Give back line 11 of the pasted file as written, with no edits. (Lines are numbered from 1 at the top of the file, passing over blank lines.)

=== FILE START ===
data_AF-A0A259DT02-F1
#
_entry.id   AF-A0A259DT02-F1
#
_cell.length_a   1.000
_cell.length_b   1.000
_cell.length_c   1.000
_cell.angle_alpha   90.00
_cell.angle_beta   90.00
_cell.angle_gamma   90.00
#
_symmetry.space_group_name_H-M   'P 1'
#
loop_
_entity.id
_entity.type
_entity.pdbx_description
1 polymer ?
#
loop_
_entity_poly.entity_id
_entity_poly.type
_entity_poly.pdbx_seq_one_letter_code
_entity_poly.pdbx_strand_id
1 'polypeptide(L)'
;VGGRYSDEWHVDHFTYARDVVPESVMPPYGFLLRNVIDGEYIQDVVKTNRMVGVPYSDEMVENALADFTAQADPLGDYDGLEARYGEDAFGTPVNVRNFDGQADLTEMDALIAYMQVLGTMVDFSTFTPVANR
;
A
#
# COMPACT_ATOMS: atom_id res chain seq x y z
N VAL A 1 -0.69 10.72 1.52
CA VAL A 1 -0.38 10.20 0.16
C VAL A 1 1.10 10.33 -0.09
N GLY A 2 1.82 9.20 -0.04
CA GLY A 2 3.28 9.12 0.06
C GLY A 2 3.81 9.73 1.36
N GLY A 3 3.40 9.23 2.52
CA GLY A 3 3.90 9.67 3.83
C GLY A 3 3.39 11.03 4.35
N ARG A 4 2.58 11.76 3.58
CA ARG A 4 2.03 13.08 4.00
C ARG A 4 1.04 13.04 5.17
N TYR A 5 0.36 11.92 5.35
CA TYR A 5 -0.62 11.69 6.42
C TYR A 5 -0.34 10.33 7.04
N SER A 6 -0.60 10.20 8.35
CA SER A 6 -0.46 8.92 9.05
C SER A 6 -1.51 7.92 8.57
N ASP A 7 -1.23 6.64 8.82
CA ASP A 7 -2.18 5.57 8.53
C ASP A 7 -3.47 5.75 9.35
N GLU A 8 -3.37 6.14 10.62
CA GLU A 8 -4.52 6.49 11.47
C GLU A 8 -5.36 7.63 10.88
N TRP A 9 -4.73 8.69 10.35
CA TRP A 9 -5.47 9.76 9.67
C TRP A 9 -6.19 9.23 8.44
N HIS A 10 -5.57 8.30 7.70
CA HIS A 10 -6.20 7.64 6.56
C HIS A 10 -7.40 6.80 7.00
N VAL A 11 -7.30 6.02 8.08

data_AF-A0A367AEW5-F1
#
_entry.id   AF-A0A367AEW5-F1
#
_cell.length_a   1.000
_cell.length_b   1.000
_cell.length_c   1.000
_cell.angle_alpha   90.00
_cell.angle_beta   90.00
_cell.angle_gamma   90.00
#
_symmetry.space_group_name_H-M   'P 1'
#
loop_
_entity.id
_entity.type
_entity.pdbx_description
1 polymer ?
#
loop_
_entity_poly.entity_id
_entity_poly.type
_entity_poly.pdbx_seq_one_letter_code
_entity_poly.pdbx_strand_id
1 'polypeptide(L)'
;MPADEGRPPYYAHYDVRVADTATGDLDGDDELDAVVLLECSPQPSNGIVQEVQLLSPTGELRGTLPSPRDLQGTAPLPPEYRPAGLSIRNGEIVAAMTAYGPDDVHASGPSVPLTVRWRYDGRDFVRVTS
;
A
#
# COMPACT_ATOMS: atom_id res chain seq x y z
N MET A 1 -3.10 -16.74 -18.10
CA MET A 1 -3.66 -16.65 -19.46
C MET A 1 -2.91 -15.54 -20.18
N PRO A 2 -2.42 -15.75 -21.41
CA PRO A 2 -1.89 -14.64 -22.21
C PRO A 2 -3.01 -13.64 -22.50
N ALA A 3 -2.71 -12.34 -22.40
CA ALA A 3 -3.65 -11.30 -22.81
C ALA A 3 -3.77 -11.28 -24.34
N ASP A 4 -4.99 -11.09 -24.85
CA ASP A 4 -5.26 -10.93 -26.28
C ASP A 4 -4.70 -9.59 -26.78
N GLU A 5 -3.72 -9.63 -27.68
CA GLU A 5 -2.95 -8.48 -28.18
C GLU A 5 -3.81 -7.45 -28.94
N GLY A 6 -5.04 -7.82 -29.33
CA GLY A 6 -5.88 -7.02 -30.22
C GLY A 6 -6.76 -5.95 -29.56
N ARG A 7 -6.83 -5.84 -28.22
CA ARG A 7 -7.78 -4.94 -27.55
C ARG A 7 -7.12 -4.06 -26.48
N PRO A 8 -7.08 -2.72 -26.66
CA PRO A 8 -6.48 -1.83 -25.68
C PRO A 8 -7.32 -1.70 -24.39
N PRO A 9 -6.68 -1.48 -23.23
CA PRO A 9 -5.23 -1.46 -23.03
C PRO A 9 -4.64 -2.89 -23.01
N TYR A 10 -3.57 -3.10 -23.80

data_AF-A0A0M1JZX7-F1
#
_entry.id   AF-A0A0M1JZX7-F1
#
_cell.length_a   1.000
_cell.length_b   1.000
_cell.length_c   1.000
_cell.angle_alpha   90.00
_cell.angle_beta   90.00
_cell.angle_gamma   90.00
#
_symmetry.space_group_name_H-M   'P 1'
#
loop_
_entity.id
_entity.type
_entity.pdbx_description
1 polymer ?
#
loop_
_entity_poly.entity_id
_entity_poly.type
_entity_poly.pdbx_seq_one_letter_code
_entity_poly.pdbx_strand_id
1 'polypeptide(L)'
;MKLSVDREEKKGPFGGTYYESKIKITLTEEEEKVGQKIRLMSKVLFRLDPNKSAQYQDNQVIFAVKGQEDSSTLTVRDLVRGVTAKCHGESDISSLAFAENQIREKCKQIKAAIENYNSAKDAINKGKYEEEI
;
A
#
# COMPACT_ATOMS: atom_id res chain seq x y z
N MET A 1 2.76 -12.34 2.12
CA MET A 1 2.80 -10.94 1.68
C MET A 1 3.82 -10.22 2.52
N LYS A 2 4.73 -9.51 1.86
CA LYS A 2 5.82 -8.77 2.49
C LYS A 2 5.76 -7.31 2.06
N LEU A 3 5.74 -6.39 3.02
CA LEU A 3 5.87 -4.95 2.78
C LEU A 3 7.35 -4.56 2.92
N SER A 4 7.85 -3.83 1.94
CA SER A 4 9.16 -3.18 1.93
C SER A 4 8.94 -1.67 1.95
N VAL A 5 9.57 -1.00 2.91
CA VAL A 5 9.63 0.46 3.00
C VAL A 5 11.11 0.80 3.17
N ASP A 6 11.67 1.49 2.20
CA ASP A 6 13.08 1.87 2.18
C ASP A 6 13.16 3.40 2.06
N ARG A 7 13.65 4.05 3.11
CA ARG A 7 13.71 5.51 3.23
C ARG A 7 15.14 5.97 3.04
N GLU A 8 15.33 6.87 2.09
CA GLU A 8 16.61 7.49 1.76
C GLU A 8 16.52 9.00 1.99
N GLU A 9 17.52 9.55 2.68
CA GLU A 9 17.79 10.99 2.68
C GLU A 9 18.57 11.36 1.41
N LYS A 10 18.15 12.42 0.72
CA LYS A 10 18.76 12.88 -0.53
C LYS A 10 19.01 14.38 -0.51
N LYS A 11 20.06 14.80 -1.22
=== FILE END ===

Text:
#